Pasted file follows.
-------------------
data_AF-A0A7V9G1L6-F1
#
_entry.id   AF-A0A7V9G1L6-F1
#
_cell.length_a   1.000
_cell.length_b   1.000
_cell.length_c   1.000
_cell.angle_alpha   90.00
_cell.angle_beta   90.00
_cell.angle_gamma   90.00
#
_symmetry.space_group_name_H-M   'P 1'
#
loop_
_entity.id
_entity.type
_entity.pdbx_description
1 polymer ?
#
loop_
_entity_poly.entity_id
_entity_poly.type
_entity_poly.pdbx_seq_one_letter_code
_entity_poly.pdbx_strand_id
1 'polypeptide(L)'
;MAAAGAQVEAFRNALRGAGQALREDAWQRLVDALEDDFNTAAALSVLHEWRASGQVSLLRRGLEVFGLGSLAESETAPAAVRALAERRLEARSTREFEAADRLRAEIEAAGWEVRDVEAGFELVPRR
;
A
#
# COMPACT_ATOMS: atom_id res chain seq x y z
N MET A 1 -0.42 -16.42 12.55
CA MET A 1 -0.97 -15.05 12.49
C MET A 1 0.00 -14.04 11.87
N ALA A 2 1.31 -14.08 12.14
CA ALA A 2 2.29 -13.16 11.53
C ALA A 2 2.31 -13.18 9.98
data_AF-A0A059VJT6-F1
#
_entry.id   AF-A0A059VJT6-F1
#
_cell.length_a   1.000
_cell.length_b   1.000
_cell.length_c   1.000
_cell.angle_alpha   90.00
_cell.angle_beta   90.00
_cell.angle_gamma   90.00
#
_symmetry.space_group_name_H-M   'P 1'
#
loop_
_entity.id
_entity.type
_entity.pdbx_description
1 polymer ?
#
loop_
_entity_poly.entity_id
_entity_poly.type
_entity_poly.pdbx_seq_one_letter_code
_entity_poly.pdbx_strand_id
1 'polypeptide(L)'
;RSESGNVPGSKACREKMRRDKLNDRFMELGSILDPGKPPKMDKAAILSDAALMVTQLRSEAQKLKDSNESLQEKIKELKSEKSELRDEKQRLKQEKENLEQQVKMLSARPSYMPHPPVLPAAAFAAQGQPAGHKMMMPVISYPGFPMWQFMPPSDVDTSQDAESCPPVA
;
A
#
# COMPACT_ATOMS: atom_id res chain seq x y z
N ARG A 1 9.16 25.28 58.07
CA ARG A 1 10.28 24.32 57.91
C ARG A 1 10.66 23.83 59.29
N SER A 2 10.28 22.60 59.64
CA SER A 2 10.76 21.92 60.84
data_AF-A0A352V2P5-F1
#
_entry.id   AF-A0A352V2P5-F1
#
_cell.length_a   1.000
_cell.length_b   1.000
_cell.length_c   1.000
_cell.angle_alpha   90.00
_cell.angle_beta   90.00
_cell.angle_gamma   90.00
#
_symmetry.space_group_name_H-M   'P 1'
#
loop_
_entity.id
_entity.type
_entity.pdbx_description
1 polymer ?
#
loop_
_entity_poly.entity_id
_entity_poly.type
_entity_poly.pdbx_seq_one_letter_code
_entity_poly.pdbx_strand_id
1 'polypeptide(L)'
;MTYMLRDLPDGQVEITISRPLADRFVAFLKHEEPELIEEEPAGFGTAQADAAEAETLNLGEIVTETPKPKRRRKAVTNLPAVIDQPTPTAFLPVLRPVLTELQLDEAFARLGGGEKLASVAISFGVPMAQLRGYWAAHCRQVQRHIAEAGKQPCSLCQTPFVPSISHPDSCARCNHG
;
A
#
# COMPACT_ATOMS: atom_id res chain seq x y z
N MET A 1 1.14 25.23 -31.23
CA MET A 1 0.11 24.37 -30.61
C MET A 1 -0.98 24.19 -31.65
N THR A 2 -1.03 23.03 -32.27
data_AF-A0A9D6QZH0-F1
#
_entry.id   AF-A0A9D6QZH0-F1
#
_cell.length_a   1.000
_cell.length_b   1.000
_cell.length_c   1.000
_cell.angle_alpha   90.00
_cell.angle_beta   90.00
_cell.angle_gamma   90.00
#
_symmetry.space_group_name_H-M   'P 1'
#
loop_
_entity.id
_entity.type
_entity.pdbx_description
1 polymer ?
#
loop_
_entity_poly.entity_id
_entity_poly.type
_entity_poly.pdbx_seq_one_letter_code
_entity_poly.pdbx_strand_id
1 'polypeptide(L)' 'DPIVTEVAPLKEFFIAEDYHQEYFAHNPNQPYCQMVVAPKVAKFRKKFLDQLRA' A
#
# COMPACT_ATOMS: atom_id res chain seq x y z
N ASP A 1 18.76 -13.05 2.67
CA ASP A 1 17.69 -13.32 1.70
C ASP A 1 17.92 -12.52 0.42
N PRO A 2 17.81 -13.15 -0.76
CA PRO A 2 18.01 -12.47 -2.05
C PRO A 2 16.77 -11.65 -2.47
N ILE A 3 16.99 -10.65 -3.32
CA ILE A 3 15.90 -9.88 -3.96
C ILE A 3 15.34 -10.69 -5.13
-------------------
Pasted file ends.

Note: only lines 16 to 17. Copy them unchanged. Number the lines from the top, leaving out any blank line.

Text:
_entity.type
_entity.pdbx_description